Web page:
This year’s National Work Zone Awareness Week—themed “Safe Work Zones for All: Protect Workers. Protect Road Users.”— scheduled for April 20 - 24, 2020, reminds all drivers to watch out for state department of transportation (DOT) and private sector employees who work within inches of their vehicles. Extra attention is required for everyone's safety.
According to the federal DOT, a “work zone is an area of a highway with construction, maintenance, or utility work activities. A work zone is typically marked by signs, channelizing devices, barriers, pavement markings, and/or work vehicles.”
About 700 people, including over 100 workers, are killed every year in work zone accidents. That means nearly four in five of the victims are drivers and their passengers. More than 35,000 people are injured in work zones annually. Drivers using their cell phones are 4 TIMES more likely to be involved in a crash.
This year’s awareness event urges drivers to use extra caution in work zones. Educational focus points for this campaign, aimed at motorists, include:
The American Road & Transportation Builders Association (ARTBA) works with state DOTs and other associations to promote National Work Zone Awareness Week each April—the traditional start of the busy highway construction season.
Wednesday, April 22 is Go Orange Day 2020
All roadway safety professionals across the country are encouraged to wear orange on Wednesday, April 10 to proudly show their support of work zone safety. Go Orange Day and NWZAW is an important time to show your support of the roadway safety industry, especially to the families of victims who have lost their lives in work zones. Post your photos and videos to social media on April 22 with the hashtags #Orange4Safety and #NWZAW.
When driving through work zones, even the smallest mistake can be deadly. Take a look at these numbers:
Work Zone Safety is Everybody's Responsibility
Safety training and education is one of the best ways to raise awareness about Work Zone Safety. The team at Weeklysafety.com encourages you to have a Safety Meeting or Toolbox Talk on Work Zone Safety with your crews and employees. If your teams do roadside work, then this would be a great opportunity to review safe work zone procedures. If your employees do not do roadside work, then consider having a safety meeting on tips for driving through work zones, like these listed below.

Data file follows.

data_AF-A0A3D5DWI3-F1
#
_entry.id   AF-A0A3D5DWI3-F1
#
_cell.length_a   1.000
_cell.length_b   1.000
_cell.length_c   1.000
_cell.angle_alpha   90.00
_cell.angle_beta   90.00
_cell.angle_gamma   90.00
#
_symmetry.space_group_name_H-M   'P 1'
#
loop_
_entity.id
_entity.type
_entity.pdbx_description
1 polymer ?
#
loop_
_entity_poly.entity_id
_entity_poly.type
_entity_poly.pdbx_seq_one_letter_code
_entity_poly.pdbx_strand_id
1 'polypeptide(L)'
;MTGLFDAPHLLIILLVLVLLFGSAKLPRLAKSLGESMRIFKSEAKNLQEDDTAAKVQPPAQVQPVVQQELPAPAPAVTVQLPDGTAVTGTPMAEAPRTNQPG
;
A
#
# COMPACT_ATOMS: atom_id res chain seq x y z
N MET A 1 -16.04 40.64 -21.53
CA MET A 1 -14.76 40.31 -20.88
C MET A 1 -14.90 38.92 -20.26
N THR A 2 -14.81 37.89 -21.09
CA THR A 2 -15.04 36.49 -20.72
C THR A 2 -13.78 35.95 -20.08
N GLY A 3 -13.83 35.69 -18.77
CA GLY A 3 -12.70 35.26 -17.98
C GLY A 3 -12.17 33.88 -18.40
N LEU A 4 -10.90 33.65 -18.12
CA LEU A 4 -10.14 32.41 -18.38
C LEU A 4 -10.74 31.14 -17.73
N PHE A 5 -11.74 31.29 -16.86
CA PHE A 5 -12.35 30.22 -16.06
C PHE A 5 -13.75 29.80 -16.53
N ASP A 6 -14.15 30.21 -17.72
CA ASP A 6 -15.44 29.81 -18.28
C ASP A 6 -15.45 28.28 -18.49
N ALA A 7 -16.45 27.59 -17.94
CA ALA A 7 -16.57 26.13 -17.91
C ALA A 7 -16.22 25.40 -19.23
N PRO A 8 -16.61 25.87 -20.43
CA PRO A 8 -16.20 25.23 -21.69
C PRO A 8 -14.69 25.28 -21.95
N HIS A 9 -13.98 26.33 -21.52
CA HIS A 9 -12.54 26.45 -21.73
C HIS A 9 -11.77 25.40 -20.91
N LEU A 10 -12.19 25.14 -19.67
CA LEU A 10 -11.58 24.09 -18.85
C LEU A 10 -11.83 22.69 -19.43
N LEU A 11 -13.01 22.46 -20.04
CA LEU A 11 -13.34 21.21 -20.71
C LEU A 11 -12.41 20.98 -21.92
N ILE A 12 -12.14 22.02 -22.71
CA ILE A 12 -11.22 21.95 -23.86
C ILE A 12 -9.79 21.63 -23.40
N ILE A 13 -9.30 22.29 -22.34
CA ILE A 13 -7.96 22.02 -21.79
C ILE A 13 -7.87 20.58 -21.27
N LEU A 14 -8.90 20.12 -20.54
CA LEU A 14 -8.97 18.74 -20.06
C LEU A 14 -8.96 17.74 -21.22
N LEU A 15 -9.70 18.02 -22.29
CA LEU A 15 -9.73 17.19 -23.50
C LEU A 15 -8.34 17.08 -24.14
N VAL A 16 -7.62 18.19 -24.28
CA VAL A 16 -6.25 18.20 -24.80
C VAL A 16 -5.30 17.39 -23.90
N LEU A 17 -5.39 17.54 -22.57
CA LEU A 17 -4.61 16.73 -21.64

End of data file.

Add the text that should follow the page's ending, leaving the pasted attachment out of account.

These simple tips could save your life in a work zone:
The leading cause of highway construction worker injuries and fatalities is contact with construction vehicles, objects, and equipment. These injuries and deaths are preventable through a number of good practices. As our highway infrastructure ages, many transportation agencies are focusing on rebuilding and improving existing roadways. This means more roadwork is being performed on roadways that are open to traffic. At the same time, traffic continues to grow and create more congestion, particularly in urban areas. To avoid major queues during peak travel periods, urban areas are seeing more night work. The combination of more work done alongside increasingly heavier traffic and greater use of night work can result in increased safety considerations for highway workers. However, there are regulations and available resources on good practices that can help workers perform their jobs safely.
Visit the U.S. Department of Transportation Federal Highway Administration’s Work Zone Management Program to find a lot of great resources to improve your work zone safety program.
Click the button below to download the full toolkit to promote National Work Zone Awareness Week 2019. The toolkit includes a kick-off event planner, community outreach ideas for Go Orange Day, a Social Media Guide, and much more. Check it out!
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